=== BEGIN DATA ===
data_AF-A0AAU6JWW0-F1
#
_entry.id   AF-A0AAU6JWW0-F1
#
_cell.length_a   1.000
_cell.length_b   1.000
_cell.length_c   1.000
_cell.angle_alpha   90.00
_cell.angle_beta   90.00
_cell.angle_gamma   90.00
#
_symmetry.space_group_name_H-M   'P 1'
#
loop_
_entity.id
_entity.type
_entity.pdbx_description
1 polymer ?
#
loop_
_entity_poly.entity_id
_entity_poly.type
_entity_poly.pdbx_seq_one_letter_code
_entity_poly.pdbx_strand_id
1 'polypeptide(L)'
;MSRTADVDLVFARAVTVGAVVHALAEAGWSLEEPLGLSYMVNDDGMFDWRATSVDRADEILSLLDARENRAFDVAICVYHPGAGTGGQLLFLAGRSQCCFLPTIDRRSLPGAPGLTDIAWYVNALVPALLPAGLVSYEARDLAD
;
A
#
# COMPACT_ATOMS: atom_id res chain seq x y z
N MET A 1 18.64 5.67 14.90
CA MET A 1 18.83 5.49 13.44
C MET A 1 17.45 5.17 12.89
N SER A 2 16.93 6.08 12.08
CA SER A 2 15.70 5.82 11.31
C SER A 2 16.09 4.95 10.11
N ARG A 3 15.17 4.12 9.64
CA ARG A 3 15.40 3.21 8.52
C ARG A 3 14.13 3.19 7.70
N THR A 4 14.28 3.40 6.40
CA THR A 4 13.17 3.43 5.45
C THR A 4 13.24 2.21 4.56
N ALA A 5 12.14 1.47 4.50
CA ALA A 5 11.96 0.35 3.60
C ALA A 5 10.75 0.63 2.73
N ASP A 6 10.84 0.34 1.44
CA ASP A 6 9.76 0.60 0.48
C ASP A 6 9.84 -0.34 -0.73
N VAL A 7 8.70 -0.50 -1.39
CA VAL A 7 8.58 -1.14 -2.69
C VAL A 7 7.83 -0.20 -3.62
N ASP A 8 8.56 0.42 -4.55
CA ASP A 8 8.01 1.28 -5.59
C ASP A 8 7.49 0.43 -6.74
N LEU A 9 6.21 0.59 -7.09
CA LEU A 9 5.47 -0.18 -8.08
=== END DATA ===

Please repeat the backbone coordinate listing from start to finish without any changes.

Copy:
data_AF-A0AAU6JWW0-F1
#
_entry.id   AF-A0AAU6JWW0-F1
#
_cell.length_a   1.000
_cell.length_b   1.000
_cell.length_c   1.000
_cell.angle_alpha   90.00
_cell.angle_beta   90.00
_cell.angle_gamma   90.00
#
_symmetry.space_group_name_H-M   'P 1'
#
loop_
_entity.id
_entity.type
_entity.pdbx_description
1 polymer ?
#
loop_
_entity_poly.entity_id
_entity_poly.type
_entity_poly.pdbx_seq_one_letter_code
_entity_poly.pdbx_strand_id
1 'polypeptide(L)'
;MSRTADVDLVFARAVTVGAVVHALAEAGWSLEEPLGLSYMVNDDGMFDWRATSVDRADEILSLLDARENRAFDVAICVYHPGAGTGGQLLFLAGRSQCCFLPTIDRRSLPGAPGLTDIAWYVNALVPALLPAGLVSYEARDLAD
;
A
#
# COMPACT_ATOMS: atom_id res chain seq x y z
N MET A 1 18.64 5.67 14.90
CA MET A 1 18.83 5.49 13.44
C MET A 1 17.45 5.17 12.89
N SER A 2 16.93 6.08 12.08
CA SER A 2 15.70 5.82 11.31
C SER A 2 16.09 4.95 10.11
N ARG A 3 15.17 4.12 9.64
CA ARG A 3 15.40 3.21 8.52
C ARG A 3 14.13 3.19 7.70
N THR A 4 14.28 3.40 6.40
CA THR A 4 13.17 3.43 5.45
C THR A 4 13.24 2.21 4.56
N ALA A 5 12.14 1.47 4.50
CA ALA A 5 11.96 0.35 3.60
C ALA A 5 10.75 0.63 2.73
N ASP A 6 10.84 0.34 1.44
CA ASP A 6 9.76 0.60 0.48
C ASP A 6 9.84 -0.34 -0.73
N VAL A 7 8.70 -0.50 -1.39
CA VAL A 7 8.58 -1.14 -2.69
C VAL A 7 7.83 -0.20 -3.62
N ASP A 8 8.56 0.42 -4.55
CA ASP A 8 8.01 1.28 -5.59
C ASP A 8 7.49 0.43 -6.74
N LEU A 9 6.21 0.59 -7.09
CA LEU A 9 5.47 -0.18 -8.08